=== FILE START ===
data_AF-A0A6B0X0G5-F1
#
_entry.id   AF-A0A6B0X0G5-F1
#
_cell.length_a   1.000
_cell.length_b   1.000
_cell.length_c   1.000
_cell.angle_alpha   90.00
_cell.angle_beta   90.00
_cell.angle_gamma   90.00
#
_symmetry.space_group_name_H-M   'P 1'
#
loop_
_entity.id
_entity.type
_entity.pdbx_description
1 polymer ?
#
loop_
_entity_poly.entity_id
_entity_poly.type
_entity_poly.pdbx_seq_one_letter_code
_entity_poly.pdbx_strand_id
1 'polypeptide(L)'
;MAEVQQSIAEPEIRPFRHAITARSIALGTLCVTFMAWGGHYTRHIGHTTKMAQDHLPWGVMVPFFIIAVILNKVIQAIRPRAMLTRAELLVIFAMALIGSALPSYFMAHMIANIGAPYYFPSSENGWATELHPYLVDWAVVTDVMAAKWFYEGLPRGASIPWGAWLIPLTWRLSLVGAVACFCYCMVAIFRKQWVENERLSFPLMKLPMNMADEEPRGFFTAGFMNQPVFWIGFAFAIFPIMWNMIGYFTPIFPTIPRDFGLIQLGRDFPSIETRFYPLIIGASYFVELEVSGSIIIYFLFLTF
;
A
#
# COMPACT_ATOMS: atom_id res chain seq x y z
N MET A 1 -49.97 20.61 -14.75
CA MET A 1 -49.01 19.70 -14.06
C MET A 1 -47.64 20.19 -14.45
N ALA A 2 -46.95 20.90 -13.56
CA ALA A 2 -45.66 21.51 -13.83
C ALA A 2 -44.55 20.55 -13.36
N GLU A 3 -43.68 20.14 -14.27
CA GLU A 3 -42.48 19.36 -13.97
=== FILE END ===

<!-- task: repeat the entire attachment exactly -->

data_AF-A0A6B0X0G5-F1
#
_entry.id   AF-A0A6B0X0G5-F1
#
_cell.length_a   1.000
_cell.length_b   1.000
_cell.length_c   1.000
_cell.angle_alpha   90.00
_cell.angle_beta   90.00
_cell.angle_gamma   90.00
#
_symmetry.space_group_name_H-M   'P 1'
#
loop_
_entity.id
_entity.type
_entity.pdbx_description
1 polymer ?
#
loop_
_entity_poly.entity_id
_entity_poly.type
_entity_poly.pdbx_seq_one_letter_code
_entity_poly.pdbx_strand_id
1 'polypeptide(L)'
;MAEVQQSIAEPEIRPFRHAITARSIALGTLCVTFMAWGGHYTRHIGHTTKMAQDHLPWGVMVPFFIIAVILNKVIQAIRPRAMLTRAELLVIFAMALIGSALPSYFMAHMIANIGAPYYFPSSENGWATELHPYLVDWAVVTDVMAAKWFYEGLPRGASIPWGAWLIPLTWRLSLVGAVACFCYCMVAIFRKQWVENERLSFPLMKLPMNMADEEPRGFFTAGFMNQPVFWIGFAFAIFPIMWNMIGYFTPIFPTIPRDFGLIQLGRDFPSIETRFYPLIIGASYFVELEVSGSIIIYFLFLTF
;
A
#
# COMPACT_ATOMS: atom_id res chain seq x y z
N MET A 1 -49.97 20.61 -14.75
CA MET A 1 -49.01 19.70 -14.06
C MET A 1 -47.64 20.19 -14.45
N ALA A 2 -46.95 20.90 -13.56
CA ALA A 2 -45.66 21.51 -13.83
C ALA A 2 -44.55 20.55 -13.36
N GLU A 3 -43.68 20.14 -14.27
CA GLU A 3 -42.48 19.36 -13.97